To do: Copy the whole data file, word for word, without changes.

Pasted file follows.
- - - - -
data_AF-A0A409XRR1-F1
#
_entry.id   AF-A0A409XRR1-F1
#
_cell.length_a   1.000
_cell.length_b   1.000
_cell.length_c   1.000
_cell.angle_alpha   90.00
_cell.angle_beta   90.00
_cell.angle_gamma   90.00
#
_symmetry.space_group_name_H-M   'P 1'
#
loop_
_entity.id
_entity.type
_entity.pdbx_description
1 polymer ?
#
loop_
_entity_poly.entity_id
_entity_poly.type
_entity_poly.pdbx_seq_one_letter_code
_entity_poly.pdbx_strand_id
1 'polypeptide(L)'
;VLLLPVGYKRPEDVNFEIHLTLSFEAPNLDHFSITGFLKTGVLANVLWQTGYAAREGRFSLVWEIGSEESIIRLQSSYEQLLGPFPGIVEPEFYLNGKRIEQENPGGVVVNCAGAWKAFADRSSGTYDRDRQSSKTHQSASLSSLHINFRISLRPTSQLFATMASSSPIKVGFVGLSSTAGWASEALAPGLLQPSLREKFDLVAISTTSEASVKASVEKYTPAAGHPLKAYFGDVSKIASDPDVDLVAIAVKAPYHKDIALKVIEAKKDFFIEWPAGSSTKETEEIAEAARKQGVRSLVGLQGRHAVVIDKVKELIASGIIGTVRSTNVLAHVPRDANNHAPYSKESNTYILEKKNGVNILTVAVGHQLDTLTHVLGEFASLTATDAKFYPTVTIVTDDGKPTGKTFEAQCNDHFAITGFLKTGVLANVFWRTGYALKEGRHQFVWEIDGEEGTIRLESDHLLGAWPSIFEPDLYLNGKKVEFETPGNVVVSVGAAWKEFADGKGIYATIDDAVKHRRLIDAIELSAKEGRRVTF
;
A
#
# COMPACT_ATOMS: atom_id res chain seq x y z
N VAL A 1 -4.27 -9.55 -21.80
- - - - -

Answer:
data_AF-A0A409XRR1-F1
#
_entry.id   AF-A0A409XRR1-F1
#
_cell.length_a   1.000
_cell.length_b   1.000
_cell.length_c   1.000
_cell.angle_alpha   90.00
_cell.angle_beta   90.00
_cell.angle_gamma   90.00
#
_symmetry.space_group_name_H-M   'P 1'
#
loop_
_entity.id
_entity.type
_entity.pdbx_description
1 polymer ?
#
loop_
_entity_poly.entity_id
_entity_poly.type
_entity_poly.pdbx_seq_one_letter_code
_entity_poly.pdbx_strand_id
1 'polypeptide(L)'
;VLLLPVGYKRPEDVNFEIHLTLSFEAPNLDHFSITGFLKTGVLANVLWQTGYAAREGRFSLVWEIGSEESIIRLQSSYEQLLGPFPGIVEPEFYLNGKRIEQENPGGVVVNCAGAWKAFADRSSGTYDRDRQSSKTHQSASLSSLHINFRISLRPTSQLFATMASSSPIKVGFVGLSSTAGWASEALAPGLLQPSLREKFDLVAISTTSEASVKASVEKYTPAAGHPLKAYFGDVSKIASDPDVDLVAIAVKAPYHKDIALKVIEAKKDFFIEWPAGSSTKETEEIAEAARKQGVRSLVGLQGRHAVVIDKVKELIASGIIGTVRSTNVLAHVPRDANNHAPYSKESNTYILEKKNGVNILTVAVGHQLDTLTHVLGEFASLTATDAKFYPTVTIVTDDGKPTGKTFEAQCNDHFAITGFLKTGVLANVFWRTGYALKEGRHQFVWEIDGEEGTIRLESDHLLGAWPSIFEPDLYLNGKKVEFETPGNVVVSVGAAWKEFADGKGIYATIDDAVKHRRLIDAIELSAKEGRRVTF
;
A
#
# COMPACT_ATOMS: atom_id res chain seq x y z
N VAL A 1 -4.27 -9.55 -21.80